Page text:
Democrats in the Senate have an opportunity to honor Harry Reid in a lasting way. Senate Democrats can abolish the filibuster so that every time a person can go to the polls and vote, it will be a small tribute to the legacy of Sen. Reid.

When the planet cools, or action can finally be taken against gun violence in the Senate, it will be because Democratic Senators gave Harry Reid a lasting legacy in the Senate.

Democrats could even name the filibuster rule after Reid.

Harry Reid called for the filibuster to be abolished, and Senate Democrats should do exactly that in his name.

Chris Walker notes:

Although moderate Democrats, like Senators Joe Manchin (D-West Virginia) and Kyrsten Sinema (D-Arizona), stand in the way of reforming or eliminating the filibuster, many polls have demonstrated that voters support reforming or completely getting rid of the rule, especially if it would help lawmakers pass important pieces of legislation. Even President Joe Biden believes that the filibuster should, at a minimum, be changed to require senators to actually stand and speak for it to be implemented.

It is past time for the obstructionist Sens. Joe Manchin (D-West Virginia) and Kyrsten Sinema (D-Arizona), appeasers and enablers of the enemies of democracy and a tyranny of the minority, to stand down and end the filibuster for fundamental voting rights legislation – the Freedom to Vote Act was co-authored by Joe Manchin – in order to save American democracy from creeping GQP authoritarian fascism.

The Hill reported, Democrats set for showdown over filibuster, voting rights (excerpt):

Senate Majority Leader Charles Schumer (D-N.Y.) is vowing to bring the fight to a head in January.

“The Senate will consider voting rights legislation, as early as the first week back. … If Senate Republicans continue to abuse the filibuster and prevent the body from considering this bill, the Senate will then consider changes to any rules which prevent us from debating and reaching final conclusion on important legislation,” Schumer wrote in a letter to the caucus.

But forcing a vote could highlight division within the caucus, where both Sens. Joe Manchin (D-W.Va.) and Kyrsten Sinema (D-Ariz.) support the 60-vote threshold. Democrats need both of them to ultimately vote to change the rules.

Voting rights legislation and potential changes to the Senate’s legislative filibuster are linked because Republicans have used the 60-vote hurdle to block bills that would overhaul federal elections or strengthen the 1965 Voting Rights Act.

Democrats are having behind-the-scenes talks to try to come up with ways to change the Senate’s rules to break the logjam and a group of Democrats — including Sens. Tim Kaine (D-Va.), Jon Tester (D-Mont.) and Angus King (I-Maine), who caucuses with the party — was tapped by Schumer to lead the discussions and come up with options.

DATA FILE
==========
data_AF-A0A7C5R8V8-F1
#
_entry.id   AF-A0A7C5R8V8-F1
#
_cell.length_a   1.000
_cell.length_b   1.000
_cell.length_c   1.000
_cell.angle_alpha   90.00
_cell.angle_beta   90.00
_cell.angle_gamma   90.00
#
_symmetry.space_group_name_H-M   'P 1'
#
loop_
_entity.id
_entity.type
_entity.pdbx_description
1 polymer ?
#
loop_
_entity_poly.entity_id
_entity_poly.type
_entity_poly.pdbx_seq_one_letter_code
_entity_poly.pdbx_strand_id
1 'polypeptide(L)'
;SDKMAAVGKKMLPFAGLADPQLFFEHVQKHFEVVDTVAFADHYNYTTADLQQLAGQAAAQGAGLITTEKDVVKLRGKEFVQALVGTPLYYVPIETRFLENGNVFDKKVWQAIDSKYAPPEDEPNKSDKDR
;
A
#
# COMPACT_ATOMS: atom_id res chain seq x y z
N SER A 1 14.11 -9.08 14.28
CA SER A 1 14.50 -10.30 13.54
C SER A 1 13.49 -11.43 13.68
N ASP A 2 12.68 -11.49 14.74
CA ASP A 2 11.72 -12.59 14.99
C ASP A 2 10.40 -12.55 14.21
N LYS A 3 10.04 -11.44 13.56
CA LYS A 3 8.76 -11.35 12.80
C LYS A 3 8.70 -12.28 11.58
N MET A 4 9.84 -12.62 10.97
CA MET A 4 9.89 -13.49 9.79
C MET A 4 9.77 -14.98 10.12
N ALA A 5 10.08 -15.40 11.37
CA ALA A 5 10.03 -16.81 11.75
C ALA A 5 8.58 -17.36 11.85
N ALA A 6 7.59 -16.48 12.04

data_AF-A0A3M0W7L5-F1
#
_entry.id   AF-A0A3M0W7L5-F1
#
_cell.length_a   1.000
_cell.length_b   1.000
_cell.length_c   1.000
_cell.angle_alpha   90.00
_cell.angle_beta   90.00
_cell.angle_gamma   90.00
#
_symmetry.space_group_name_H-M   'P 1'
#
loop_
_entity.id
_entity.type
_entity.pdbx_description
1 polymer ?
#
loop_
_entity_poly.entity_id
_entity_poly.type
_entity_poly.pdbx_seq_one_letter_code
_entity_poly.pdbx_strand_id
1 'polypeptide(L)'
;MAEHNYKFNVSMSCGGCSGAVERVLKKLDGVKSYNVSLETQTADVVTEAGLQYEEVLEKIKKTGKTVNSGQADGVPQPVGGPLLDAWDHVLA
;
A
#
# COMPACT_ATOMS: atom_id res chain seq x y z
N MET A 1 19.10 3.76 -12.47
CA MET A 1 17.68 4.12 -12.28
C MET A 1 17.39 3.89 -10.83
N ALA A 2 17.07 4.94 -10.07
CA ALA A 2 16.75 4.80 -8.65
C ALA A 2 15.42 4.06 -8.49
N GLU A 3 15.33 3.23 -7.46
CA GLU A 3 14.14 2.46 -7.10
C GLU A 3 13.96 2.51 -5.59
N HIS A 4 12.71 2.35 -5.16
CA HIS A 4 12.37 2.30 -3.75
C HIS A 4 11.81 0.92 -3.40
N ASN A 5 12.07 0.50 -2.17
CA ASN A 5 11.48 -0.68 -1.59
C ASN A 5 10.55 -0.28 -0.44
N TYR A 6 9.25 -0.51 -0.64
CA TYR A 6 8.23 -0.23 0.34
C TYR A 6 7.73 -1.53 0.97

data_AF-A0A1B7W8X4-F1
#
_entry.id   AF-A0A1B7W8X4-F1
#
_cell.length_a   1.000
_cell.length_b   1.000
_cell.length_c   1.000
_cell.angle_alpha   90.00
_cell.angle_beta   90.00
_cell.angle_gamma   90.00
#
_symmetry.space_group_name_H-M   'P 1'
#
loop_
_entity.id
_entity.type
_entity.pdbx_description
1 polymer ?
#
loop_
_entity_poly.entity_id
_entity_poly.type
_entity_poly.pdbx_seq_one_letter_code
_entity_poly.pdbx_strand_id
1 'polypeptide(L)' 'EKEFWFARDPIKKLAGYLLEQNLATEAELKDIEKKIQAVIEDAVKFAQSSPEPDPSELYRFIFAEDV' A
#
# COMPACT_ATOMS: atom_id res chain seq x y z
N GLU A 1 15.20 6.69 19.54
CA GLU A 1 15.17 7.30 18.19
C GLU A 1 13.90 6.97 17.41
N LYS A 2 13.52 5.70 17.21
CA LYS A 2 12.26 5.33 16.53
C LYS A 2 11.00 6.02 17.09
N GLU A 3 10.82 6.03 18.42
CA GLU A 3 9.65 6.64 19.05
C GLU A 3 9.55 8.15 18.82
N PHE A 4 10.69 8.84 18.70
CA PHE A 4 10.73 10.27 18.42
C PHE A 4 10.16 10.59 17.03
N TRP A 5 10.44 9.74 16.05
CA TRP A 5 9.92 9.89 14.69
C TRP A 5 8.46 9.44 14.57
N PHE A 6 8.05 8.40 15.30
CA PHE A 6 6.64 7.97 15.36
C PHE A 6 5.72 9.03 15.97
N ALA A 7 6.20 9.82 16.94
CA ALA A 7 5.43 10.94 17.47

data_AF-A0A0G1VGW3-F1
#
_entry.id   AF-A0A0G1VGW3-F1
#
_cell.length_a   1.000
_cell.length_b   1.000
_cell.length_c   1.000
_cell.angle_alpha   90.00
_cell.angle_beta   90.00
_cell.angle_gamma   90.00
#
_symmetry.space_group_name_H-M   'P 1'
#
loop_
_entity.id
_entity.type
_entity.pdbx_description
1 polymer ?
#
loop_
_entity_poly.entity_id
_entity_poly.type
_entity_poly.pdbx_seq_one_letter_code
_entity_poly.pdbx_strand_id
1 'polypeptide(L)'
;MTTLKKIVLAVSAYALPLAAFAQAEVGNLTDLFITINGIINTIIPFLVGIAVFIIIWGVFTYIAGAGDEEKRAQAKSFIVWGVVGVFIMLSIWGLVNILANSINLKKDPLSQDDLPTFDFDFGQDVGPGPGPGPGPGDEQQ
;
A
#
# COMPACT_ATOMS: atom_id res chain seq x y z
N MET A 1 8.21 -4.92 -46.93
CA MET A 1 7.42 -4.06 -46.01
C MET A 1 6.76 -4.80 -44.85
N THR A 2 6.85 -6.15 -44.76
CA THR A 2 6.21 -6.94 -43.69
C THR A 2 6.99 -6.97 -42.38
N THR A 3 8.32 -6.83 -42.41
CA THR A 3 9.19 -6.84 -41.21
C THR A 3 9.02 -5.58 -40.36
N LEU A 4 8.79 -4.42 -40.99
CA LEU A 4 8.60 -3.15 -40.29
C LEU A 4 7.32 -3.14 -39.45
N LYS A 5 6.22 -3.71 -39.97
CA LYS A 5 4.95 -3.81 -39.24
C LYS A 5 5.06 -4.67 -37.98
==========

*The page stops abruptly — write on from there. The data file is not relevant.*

“We’ve got to get this done. … We are having a robust conversation,” said Sen. Raphael Warnock (D-Ga.), who has publicly and privately pushed his colleagues to be more aggressive in coming up with a plan to pass voting rights legislation.

Kaine added that “there’s ideas on the table now that people are attracted to.”

“We’re looking at reforms to restore the Senate. It’s not just filibuster reforms,” he added.

Democrats haven’t settled on a plan, but instead are discussing a range of options aimed at winning over the 50 votes needed to invoke the “nuclear option” and change the Senate’s rules with a simple majority.

[O]ne option, backed by some in the caucus, would be to revert to a talking filibuster where opponents to a bill could delay it for as long as they could hold the floor, but that legislation would then only need 51 votes to clear the Senate.

Another would create a carveout from the 60-vote requirement for voting rights or election legislation. Though that would leave the hurdle in place for other legislation, Republicans warn that it would pave the way for the legislative filibuster to be neutered altogether.

The carveout idea has picked up support from within the Democratic caucus.

Smaller options include changing the number of votes from 60 “yes” votes needed to break a filibuster to 41 “no” votes needed to sustain it. Supporters argue that it would put the onus on senators blocking the bill, rather than on supporters who want to advance a piece of legislation.

Senators have also discussed getting rid of the 60-vote hurdle to start debate on a piece of legislation combined with a deal that guarantees a certain number of amendment votes for both sides.